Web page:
Jury to Hear Allegations Against Kansas Anti-Abortion Activist
The DOJ charges woman for threats against Wichita doctor Mila Means.
In February 2011, we wrote about Mila Means, a Wichita-based doctor who was training to provide abortion services. The city has been without an abortion provider since the murder of Dr. George Tiller in May 2009, but when Means tried to fill that void, she was blocked by anti-abortion activists. Now Means is back in the news, as a court case examines whether one of those anti-abortion activists threatened her life.
The Department of Justice's Civil Rights Division has charged anti-abortion activist Angel Dillard of violating a federal law that makes it illegal to use force or the threat of force to prevent someone from providing abortion services. The Associated Press reported this week (via RH Reality Check) that a jury will hear the case, which centers on a letter Dillard sent Means last year that she says was "divinely inspired":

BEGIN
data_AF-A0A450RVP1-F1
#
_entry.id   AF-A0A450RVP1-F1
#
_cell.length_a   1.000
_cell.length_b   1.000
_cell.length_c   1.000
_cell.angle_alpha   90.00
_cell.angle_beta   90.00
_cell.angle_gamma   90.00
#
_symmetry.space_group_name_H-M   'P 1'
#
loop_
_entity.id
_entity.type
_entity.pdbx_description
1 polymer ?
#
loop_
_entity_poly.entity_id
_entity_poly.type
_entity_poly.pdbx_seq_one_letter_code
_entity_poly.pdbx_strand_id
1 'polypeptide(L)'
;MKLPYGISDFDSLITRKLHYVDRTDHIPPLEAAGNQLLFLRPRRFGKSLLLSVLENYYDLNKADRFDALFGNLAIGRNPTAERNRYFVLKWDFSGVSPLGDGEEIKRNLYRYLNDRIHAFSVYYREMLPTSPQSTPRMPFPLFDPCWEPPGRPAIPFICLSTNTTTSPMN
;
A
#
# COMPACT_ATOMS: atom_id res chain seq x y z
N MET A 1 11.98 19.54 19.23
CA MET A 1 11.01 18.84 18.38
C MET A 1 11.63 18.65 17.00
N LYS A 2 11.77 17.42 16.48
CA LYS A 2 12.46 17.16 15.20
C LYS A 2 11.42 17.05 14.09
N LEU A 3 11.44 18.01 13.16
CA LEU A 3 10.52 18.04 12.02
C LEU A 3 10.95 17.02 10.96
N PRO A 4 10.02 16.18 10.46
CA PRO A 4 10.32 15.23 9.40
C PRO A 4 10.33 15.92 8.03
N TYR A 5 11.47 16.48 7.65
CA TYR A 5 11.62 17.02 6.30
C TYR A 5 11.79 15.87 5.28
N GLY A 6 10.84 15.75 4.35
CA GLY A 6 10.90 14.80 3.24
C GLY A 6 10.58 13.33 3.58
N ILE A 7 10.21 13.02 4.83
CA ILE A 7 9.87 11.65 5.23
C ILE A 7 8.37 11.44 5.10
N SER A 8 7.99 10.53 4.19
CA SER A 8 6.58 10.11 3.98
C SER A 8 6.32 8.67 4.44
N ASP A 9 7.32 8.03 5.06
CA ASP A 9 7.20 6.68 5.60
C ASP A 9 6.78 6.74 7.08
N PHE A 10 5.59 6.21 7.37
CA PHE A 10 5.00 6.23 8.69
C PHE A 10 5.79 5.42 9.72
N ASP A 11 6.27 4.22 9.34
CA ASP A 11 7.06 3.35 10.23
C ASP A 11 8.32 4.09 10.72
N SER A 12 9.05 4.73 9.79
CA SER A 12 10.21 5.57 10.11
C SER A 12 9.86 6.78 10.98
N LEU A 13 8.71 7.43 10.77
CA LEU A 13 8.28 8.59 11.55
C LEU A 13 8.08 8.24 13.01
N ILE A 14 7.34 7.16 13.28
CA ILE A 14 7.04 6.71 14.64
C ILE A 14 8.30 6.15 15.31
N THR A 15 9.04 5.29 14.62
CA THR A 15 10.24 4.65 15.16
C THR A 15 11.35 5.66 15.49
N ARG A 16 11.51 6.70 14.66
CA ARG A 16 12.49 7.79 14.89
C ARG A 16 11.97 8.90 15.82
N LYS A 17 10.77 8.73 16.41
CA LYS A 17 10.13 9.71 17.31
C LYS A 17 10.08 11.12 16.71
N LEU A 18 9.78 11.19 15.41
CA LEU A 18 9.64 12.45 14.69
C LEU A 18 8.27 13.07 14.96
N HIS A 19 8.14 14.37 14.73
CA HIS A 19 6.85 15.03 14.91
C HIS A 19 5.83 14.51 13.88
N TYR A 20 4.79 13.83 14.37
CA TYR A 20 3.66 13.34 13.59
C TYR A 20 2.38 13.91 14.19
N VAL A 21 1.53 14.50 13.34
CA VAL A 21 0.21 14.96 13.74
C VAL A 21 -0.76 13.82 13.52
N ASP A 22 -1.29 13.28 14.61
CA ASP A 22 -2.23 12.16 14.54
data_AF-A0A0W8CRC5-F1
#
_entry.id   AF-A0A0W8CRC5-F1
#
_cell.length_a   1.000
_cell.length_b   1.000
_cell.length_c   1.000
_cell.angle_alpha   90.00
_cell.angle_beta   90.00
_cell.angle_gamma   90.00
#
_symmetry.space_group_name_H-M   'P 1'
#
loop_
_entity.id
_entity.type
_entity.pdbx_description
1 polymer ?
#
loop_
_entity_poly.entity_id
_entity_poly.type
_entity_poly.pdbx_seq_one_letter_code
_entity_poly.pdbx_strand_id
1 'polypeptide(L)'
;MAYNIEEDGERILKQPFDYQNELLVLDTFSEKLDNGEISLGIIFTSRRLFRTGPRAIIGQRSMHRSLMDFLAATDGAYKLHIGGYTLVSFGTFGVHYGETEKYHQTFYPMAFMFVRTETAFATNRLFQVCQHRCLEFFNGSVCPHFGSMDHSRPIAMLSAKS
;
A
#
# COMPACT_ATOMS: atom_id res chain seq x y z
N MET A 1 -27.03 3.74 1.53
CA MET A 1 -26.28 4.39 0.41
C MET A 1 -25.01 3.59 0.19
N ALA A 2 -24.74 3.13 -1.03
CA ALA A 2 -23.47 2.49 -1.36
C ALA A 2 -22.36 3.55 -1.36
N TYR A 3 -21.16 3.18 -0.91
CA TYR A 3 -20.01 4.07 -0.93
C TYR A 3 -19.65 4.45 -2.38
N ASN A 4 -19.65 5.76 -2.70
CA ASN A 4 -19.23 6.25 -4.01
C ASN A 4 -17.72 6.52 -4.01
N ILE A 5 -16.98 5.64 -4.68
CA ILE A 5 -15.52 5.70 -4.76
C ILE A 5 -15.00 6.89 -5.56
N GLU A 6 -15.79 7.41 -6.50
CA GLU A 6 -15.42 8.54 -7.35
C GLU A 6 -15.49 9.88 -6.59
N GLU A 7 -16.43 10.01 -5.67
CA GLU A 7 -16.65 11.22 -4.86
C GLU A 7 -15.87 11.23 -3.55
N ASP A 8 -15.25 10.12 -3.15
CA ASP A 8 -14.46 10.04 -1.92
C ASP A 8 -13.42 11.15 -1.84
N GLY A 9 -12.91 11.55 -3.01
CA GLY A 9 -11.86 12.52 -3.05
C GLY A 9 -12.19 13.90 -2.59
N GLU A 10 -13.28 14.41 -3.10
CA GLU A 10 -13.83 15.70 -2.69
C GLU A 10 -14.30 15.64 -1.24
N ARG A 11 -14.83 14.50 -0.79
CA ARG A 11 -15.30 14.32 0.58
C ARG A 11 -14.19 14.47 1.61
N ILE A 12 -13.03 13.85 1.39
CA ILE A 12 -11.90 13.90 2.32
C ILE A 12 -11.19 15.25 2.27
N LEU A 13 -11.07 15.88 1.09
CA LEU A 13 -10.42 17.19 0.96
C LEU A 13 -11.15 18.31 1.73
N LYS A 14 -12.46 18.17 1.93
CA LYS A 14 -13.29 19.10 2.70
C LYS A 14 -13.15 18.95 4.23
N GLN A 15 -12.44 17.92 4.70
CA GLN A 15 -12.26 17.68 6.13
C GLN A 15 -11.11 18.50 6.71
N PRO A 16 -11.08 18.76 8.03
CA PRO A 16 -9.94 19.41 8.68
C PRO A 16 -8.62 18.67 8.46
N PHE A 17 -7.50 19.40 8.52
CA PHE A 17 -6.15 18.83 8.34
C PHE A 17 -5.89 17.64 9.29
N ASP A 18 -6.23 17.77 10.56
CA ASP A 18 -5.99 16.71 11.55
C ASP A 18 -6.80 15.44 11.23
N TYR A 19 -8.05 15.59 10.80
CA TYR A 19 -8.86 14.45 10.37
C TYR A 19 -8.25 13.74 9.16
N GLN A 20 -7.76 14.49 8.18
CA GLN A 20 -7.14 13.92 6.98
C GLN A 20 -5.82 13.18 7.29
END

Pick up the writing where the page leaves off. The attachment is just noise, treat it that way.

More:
Jurors will have to decide whether the letter Dillard sent to Dr. Mila Means last year constitutes a "true threat" intended to intimidate the doctor from providing abortion services.
In her letter, Dillard wrote that thousands of people from across the United States are already looking into the doctor's background.
"They will know your habits and routines. They know where you shop, who your friends are, what you drive, where you live," the letter said. "You will be checking under your car every day — because maybe today is the day someone places an explosive under it."
Dillard's got a longer history of extreme anti-abortion activism in Wichita. After Tiller's murder, Dillard told the Associated Press that she admired his killer, Scott Roeder, for what he did. "With one move, (Roeder) was able ... to accomplish what we had not been able to do … So he followed his convictions and I admire that." Dilllard had requested that a judge, rather than a jury, hear her case because her previous friendship with Roeder might influence a jury.
The case is not scheduled to go to trial until February 5, 2013.